A journey of CBD from seed to shelf

Many people know that CBD comes from the cannabis plant. But what exactly happens from the moment when the seed is planted to the moment when CBD oil lays in your shopping cart?

Seed selection

Today thousands of hemp seed varieties are available. A farmer growing cannabis plants can choose a specific seed and ensure the appropriate content of THC. Considering that according to the legal requirement, the final product should contain no more than 0.2 % THC, it is very important that seeds meet all the requirements.


Hemp cannot be grown anywhere. Hemp grows best on a loose, well-aerated loam soil with high fertility and abundant organic matter with a pH of 6.0-7.5. Sandy soils can grow good hemp, with adequate irrigation and fertilisation, but it requires additional costs that make production uneconomical.

Organic hemp and non-organic hemp

Organic hemp grows in natural surroundings, with sunlight and water. Non-organic hemp grows with pesticides, herbicides, and fertilizers1. Therefore, organic CBD oil is CBD oil extracted from organically grown hemp. In the UK, organic CBD will be labeled “Certified Organic”.

Indoor and outdoor growth

Hemp can be grown either indoor or outdoor. Outdoor growth is an environmentally-friendly option. Indoor growth requires lighting, humidity, air, and humidity control2. This method gives the possibility for farmers to grow the hemp all year round.


Hemp matures in 90-120 days depending on a number of factors like variety, seeding date and temperature. Industrial hemp is harvested when the seed begins to shatter2.

Extraction methods of CBD

There are numerous methods to extract CBD from the hemp plant. EU rules determine cold pressing as the only method allowed. Under the authorization, other methods can be approved. They include the following:

  • Propane or butane extraction. It is the most common method for extracting compounds because butane or propane gas passes through the plant material and leaves only a safe residual trace in the oil. This kind of extract is also known as shatter, which is clear material including THC, CBD, and other chemicals like terpenes3.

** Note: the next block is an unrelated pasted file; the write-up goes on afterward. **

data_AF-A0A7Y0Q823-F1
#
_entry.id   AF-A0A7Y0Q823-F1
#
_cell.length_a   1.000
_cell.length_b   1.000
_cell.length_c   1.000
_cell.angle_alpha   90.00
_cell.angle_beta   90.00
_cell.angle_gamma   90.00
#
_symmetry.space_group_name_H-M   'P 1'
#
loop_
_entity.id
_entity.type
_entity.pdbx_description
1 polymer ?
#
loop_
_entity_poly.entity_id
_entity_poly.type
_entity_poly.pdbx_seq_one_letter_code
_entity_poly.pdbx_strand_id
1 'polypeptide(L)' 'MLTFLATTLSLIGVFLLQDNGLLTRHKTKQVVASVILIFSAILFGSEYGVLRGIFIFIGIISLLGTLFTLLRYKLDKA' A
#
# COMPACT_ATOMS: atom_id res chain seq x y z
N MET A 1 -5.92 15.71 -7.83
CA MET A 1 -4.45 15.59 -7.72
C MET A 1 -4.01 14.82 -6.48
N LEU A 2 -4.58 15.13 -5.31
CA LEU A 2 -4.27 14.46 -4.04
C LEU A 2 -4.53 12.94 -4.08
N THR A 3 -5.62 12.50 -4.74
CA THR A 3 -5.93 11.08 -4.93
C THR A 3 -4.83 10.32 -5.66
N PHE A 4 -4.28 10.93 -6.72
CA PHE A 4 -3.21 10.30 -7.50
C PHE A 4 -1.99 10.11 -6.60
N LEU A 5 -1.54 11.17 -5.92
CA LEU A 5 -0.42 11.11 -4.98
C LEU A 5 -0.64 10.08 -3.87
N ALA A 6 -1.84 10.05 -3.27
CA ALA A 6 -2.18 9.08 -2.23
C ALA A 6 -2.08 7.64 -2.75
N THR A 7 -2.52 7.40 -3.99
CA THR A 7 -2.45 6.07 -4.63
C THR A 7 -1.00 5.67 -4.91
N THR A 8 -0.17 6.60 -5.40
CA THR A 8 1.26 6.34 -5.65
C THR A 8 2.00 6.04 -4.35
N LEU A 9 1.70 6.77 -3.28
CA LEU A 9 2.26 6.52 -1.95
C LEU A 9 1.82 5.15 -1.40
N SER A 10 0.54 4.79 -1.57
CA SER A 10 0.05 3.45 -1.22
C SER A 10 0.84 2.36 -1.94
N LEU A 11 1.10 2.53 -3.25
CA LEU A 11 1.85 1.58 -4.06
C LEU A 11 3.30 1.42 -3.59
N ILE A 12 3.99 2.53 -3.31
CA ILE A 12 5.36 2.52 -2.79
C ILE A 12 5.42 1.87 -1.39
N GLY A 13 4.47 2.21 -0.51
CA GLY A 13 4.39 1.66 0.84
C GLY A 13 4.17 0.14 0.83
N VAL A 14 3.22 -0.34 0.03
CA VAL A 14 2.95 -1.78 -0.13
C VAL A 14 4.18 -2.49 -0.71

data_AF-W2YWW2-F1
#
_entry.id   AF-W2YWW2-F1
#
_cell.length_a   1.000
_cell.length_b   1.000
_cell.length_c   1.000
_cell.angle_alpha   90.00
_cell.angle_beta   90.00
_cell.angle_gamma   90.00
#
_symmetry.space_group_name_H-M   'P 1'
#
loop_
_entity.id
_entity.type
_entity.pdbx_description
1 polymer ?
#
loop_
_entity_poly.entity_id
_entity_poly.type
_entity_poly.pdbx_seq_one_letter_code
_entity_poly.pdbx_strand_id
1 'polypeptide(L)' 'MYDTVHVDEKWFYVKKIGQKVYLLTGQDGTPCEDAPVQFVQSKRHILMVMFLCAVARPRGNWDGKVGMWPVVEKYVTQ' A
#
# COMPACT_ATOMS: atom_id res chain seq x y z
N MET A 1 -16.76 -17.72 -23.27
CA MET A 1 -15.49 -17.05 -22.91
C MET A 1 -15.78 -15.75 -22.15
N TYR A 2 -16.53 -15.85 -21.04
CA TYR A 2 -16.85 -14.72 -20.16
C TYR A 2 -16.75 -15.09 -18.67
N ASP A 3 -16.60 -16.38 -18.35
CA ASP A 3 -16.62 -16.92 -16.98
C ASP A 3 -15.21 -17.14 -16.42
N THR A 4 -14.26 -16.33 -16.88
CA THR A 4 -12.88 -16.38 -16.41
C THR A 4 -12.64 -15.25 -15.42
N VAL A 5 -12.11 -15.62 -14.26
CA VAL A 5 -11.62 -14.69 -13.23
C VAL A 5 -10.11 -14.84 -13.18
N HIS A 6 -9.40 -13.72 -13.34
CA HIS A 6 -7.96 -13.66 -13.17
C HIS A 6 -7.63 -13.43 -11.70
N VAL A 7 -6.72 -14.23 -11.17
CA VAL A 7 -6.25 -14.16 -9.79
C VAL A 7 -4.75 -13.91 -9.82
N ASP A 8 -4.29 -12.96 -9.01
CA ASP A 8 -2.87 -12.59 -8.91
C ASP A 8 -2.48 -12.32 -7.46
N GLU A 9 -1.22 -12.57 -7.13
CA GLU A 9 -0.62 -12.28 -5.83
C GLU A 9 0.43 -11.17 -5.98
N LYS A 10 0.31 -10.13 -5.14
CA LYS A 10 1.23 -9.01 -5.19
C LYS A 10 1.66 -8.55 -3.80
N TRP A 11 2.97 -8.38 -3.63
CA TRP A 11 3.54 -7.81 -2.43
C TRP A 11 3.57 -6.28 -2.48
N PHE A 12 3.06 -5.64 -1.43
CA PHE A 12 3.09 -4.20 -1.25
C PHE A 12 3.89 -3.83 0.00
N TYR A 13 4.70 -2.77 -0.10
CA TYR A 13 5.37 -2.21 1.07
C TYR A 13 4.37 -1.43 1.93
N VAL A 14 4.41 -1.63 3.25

• Supercritical Co2 extraction. It is considered safer than propane or butane extraction, and it is a non-toxic one. The extraction agent in the supercritical Co2 extraction process is carbon dioxide compressed under high pressure. As the process finishes, the gaseous element discharges to the atmosphere, leaving no trace and with no need for additional removal. The plant extracts obtained by this method are microbiologically sterile while preserving the full spectrum of natural ingredients. It is now the most modern and the most effective means of getting polyunsaturated oils, flavonoids and anthocyanins4.
  • Alcohol extraction. It is the method when the plant is soaked in alcohol. The plant material is removed, the liquid is filtered, and the alcohol is evaporated, leaving only the oil5.

Oil carriers

CBD oil is heavily dense, and various oils are used to carry the constituents of hemp. They may be the following:

  • MCT
  • Almond oil
  • Olive oil
  • Palm oil

Certification and lab testing

When lab testing is performed on a CBD product, samples for testing typically are taken from several portions of a large batch to ensure accurate readings. Once the samples are submitted to a lab, they may be subjected to a screening to determine potency and purity. The certificate of analysis provides the sample information.


The price depends on size, strength and product type. But one should remember, a good product cannon be cheap. It is always better to pay a bit more for a high-quality product.


  1. Bennett C. Growing Hemp for CBD, Seed or Fiber. AgWeb. https://www.agweb.com/article/growing-hemp-for-cbd-seed-or-fiber-NAA-chris-bennett. Accessed December 8, 2019.
  2. Wissett R. On the Cultivation and Preparation of Hemp. Cox and Son; 1804.
  3. Tallon S, Moreno T, Montanes F, Watson M. Extraction and fractionation of cannabinoids from “cannabis sativa.” Chemeca 2018. 2018:133.
  4. Rovetto LJ, Aieta NV. Supercritical carbon dioxide extraction of cannabinoids from Cannabis sativa L. J Supercrit Fluids. 2017;129:16-27. doi:10.1016/j.supflu.2017.03.014
  5. Pavlovic R, Nenna G, Calvi L, et al. Quality Traits of “Cannabidiol Oils”: Cannabinoids Content, Terpene Fingerprint and Oxidation Stability of European Commercially Available Preparations. Mol J Synth Chem Nat Prod Chem. 2018;23(5). doi:10.3390/molecules23051230

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